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pd09jn03 Remarks at a Multilateral Meeting With Arab Leaders in Sharm el-Sheikh,...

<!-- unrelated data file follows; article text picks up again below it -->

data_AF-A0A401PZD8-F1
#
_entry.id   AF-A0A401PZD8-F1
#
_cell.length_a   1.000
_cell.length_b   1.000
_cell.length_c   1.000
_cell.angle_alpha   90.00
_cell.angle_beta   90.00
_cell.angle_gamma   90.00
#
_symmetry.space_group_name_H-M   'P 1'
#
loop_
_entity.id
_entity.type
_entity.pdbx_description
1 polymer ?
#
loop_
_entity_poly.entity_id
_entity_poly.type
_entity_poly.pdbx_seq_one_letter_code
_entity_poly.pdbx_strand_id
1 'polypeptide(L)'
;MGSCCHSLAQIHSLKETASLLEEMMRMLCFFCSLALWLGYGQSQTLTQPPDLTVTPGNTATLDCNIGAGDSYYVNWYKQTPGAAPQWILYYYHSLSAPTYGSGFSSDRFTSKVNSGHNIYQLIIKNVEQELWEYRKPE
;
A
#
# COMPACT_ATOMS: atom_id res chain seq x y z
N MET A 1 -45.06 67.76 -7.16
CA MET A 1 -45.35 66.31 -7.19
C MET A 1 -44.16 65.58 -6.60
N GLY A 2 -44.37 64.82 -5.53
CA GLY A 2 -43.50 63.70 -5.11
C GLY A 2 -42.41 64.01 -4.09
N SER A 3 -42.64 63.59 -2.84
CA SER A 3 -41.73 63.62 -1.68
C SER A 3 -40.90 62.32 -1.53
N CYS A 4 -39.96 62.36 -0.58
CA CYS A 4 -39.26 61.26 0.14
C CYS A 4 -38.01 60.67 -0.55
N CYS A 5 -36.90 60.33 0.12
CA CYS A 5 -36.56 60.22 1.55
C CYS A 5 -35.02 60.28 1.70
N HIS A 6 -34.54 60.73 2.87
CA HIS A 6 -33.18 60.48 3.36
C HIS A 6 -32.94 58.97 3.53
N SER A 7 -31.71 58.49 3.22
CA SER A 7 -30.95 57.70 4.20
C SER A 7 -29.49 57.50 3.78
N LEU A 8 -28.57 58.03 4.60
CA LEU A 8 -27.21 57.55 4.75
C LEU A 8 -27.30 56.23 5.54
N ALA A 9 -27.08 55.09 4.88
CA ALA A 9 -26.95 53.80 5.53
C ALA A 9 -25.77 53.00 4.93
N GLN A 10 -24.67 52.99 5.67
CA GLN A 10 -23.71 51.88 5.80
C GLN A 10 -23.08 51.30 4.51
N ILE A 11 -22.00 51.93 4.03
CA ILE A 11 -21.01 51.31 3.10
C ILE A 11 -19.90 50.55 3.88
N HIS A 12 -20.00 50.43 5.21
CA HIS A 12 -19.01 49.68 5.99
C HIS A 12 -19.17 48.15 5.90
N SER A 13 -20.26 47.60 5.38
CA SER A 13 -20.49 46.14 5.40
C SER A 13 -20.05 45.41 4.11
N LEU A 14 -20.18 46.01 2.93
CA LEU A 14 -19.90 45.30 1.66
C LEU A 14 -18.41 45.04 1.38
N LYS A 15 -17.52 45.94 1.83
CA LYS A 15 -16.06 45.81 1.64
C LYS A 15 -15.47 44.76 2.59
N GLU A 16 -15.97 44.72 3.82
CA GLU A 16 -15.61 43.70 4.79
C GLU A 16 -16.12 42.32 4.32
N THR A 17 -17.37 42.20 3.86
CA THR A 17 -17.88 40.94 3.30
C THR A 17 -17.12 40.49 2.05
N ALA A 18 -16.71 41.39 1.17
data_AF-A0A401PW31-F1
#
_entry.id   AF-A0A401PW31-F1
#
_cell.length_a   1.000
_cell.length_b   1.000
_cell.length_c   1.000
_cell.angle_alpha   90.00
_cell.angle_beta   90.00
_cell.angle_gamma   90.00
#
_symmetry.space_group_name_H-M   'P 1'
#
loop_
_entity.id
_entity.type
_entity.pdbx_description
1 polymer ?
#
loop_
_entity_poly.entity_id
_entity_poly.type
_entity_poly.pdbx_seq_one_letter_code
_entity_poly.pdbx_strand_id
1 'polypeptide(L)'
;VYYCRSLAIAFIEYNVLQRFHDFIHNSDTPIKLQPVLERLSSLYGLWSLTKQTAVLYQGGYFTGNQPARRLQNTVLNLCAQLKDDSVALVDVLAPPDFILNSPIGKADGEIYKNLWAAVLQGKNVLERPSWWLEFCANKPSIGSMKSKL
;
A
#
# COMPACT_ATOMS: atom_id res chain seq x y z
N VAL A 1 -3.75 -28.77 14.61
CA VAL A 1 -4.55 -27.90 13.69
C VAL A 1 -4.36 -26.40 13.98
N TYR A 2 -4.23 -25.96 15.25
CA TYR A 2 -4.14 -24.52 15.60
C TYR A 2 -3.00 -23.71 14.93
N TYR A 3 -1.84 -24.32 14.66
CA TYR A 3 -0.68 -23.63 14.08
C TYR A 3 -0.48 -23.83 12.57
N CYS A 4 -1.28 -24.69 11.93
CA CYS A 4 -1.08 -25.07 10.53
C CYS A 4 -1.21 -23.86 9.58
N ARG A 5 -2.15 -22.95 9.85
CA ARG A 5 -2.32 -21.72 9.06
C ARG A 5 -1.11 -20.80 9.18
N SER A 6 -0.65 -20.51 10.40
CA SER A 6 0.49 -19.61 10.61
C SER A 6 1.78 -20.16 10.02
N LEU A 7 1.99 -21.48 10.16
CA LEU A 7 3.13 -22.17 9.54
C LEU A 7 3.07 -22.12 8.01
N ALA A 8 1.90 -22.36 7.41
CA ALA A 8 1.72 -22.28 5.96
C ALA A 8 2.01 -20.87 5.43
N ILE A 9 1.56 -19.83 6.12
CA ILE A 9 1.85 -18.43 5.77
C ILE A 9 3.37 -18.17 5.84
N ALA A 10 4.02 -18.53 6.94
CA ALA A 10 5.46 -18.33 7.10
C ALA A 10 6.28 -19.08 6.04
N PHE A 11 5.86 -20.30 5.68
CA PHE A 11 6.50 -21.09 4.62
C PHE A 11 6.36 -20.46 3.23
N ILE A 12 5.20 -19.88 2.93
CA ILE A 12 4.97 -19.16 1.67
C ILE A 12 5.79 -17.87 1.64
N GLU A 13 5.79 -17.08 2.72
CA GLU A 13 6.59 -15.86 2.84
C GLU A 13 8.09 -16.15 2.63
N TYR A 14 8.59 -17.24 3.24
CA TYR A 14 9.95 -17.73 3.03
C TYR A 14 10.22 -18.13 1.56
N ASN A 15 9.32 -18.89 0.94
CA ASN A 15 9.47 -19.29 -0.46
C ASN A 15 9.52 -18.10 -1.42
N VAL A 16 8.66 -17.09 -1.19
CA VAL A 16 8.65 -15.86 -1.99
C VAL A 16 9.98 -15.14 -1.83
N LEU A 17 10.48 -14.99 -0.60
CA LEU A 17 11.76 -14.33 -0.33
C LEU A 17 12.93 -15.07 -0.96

<DOC> [Weekly Compilation of Presidential Documents] [frwais.access.gpo.gov] [Page i-vii] Monday, June 9, 2003 Volume 39--Number 23 Pages 697-735 Contents [[Page i]] Weekly Compilation of Presidential Documents [[Page ii]] Addresses and Remarks See also Meetings With Foreign Leaders Egypt, multilateral meeting with Arab leaders in Sharm el-Sheikh-- 711 Jordan, Red Sea Summit in Aqaba--713 Poland People of Poland in Krakow--700 Tour of the World War II Nazi Concentration Camp in Auschwitz-- 700 Qatar, U.S. troops at Camp As Sayliyah--729 Radio address--703 Communications to Congress Foreign Narcotics Kingpin Act, letter transmitting designations--709 Communications to Federal Agencies Spectrum Policy for the 21st Century, memorandum--726 Interviews With the News Media Exchange with reporters in Evian-les-Bains, France--709 Interviews RTR TV of Russia--697 White House press pool--717 News conference with President Putin of Russia in St. Petersburg, June 1--704 Joint Statements President George W. Bush and President Vladimir V. Putin on the New Strategic Relationship--708 President George W. Bush and President Vladimir V. Putin on the U.S.-Russian Cooperation in Space--708 Letters and Messages Great American Cleanup, message--697 (Continued on the inside of the back cover.) Editor's Note: The President was at Camp David, MD, on June 6, the closing date of this issue. Releases and announcements issued by the Office of the Press Secretary but not received in time for inclusion in this issue will be printed next week. [[Page iii]] Contents--Continued Meetings With Foreign Leaders Bahrain, King Hamad--711 Egypt, President Mubarak--711 France, President Chirac--709 Israel, Prime Minister Sharon--713 Jordan, King Abdullah II--711, 713 Palestinian Authority, Prime Minister Abbas--711, 713 Poland President Kwasniewski--700 Prime Minister Miller--700 Portugal, Prime Minister Durao Barroso--731 Qatar, Amir Hamad--729 Russia, President Putin--704, 708 Saudi Arabia, Crown Prince Abdullah--711, 713 Proclamations National Child's Day--699 Flag Day and National Flag Week--732 Statements by the President Burma, detention of Aung San Suu Kyi--710 Partial-birth abortion legislation, House of Representatives action--726 Supplementary Materials Acts approved by the President--735 Checklist of White House press releases--734 Digest of other White House announcements--732 Nominations submitted to the Senate--734 [[Page v]] ? <GRAPHIC(S) NOT AVAILABLE IN TIFF FORMAT> [[Page 697]] <DOC> [Weekly Compilation of Presidential Documents] [frwais.access.gpo.gov] [Page 697] Monday, June 9, 2003 Volume 39--Number 23 Pages 697-735 Week Ending Friday, June 6, 2003 Message on the Great American Cleanup, 2003 May 30, 2003 I send greetings to the participants of the 2003 Great American Cleanup. I am honored to serve as Honorary Chair of this event. America is a land of majestic beauty, and Americans can be proud of the remarkable progress we have made in protecting our environment and natural resources. Today, our air is cleaner, our waters are less polluted, and our lands are better protected, better managed, and more accessible to the American people. Through volunteer service programs such as the Great American Cleanup, we continue to preserve our natural heritage for future generations and make our communities more vibrant places to visit and live. I have called on every American to dedicate at least 4,000 hours over the rest of their lives to the service of others. Through the USA Freedom Corps initiative, my Administration is mobilizing individuals and organizations and providing opportunities for citizens to give back to their communities. Americans have responded with an outpouring of acts of kindness and volunteer service that is transforming our Nation, one heart and one soul at a time. I commend those involved with the Great American Cleanup for answering the call to serve. I also applaud Keep America Beautiful for 50 years of encouraging Americans to take responsibility for improving the environment. Laura joins me in sending our best wishes. Note: An original was not available for verification of the content of this message. This item was not received in time for publication in the appropriate issue. <DOC> [Weekly Compilation of Presidential Documents] [frwais.access.gpo.gov] [Page 697-699] Monday, June 9, 2003 Volume 39--Number 23 Pages 697-735 Week Ending Friday, June 6, 2003 Interview With RTR TV of Russia May 29, 2003 Strength of the Dollar Q. Let me start with the people's question. In my country, for many people, America is associated first and foremost with the U.S. dollar. You bring the muscle. What's going on? Is it going to stay as weak as it is now? And what's your forecast? The President. The policy of my administration is for there to be a strong U.S. dollar. Q. Which is not at the moment. The President. Well, I understand that. And the marketplace is making decisions as to whether the dollar should be strong or not. Our policy is a strong dollar. And we believe that good fiscal and monetary policy will cause our economy to grow and that the marketplace will see a growing economy and therefore strengthen the dollar. But you're right, the market, at this point in time, has devalued the dollar, which is contrary to our policy. Q. You're not going to launch a separate dollar for the vendor states and a separate dollar internationally, because there was a rumor like that. [Laughter] The President. No, forget that. No, we're not going to do that. Speculation on the War on Terror Q. Tell me about rumors. Is there any seriousness behind today's press reports that America's next target is Iran and that your Armed Forces are going to use bases in the former Soviet republics Azerbaijan and Armenia? The President. We've had all kinds of reports that we're going to use force in Syria. And now some on the left, I guess, are saying force in Iran or force here and force there. You know, it's pure speculation. And we used [[Page 698]] force in Iraq after a long, long period of diplomacy. Remember, I was a person that went to the United Nations on September the 12th in 2002 and said, ``Let's work together.'' And we got a resolution out of the United Nations. Q. The 1441. The President. Fourteen-forty-one. Then we tried to get a second resolution, which obviously was a stalemate. We never had a vote. And then--but the point was, is that I tried everything we could do diplomatically to bring about a common solution in dealing with Saddam Hussein and his weapons of mass destruction. And so, you know, people love to speculate about U.S. intentions and our military. And I'm just telling you it's idle speculation. Iraq Q. Coming back to the U.S. role, now that the war in Iraq is over, there is still a new twist in this discussion about America's role, a natural leader or a self-proclaimed leader which enforces its---- The President. A natural leader. Q. Natural leader. The President. Emerging in Iraq, you're talking about the leadership of Iraq? Yes, the Iraqi people are plenty capable of picking their own leadership. There's a lot of work to do to create the conditions necessary for a smooth political process. And the first thing is to improve the lives of the Iraqi people. I mean, make sure they've got food and electricity and water and sewer. And in many parts of the country, life is improving. Baghdad is difficult. Baghdad--the security is tough in Baghdad because---- Q. Did you expect anything like that? The President. Sure. I mean, this is a country that had been enslaved for years by Saddam Hussein. And as we're discovering through the mass graves all around the countryside, he used torture and killing to stay in power. And therefore, it's not surprising that after--I forget how many days we've been there, 70 or 80 days--that democracy hasn't sprung forth yet. It's going to take a while to improve conditions, and it's going to take a while to take care of the security issues within Baghdad. But life is improving, and that's what's important. President's Upcoming Visit to Russia Q. Now that you're going to Russia, last time, I remember, when you were planning your first trip you read Dostoyevsky. Now you read Dostoyevsky, you've dealt with Mr. Putin, what are your expectations now? Are you going to try anything in Russia, in the sense of a new political initiative or maybe taste something new? The President. Well, I tell you, I think--first of all, I'm looking forward to going to St. Petersburg for my third time since I've been the President. It's a fantastic city. And Vladimir kindly invited Laura and me to go to the 300th anniversary of the city, and we're looking forward to it. I think the most important thing that will come out the meetings with Vladimir Putin is the world will see that even though we had some disagreement on Iraq, that we're willing to continue to work together for the good of our respective countries as well as world peace. Secondly, there will be a strategic--a formal strategic dialog established, not only between Vladimir and me but throughout our bureaucracies, our different agencies, so that the Russian people and the American people know that we're working in concert to work on common opportunities as well as to deal with problems before they become acute. President's View of Russia Q. Now that you've dealt with Putin, read Dostoyevsky, have been to St. Petersburg three times, do you think you understand Russia better than you did in the past, or what's your notion?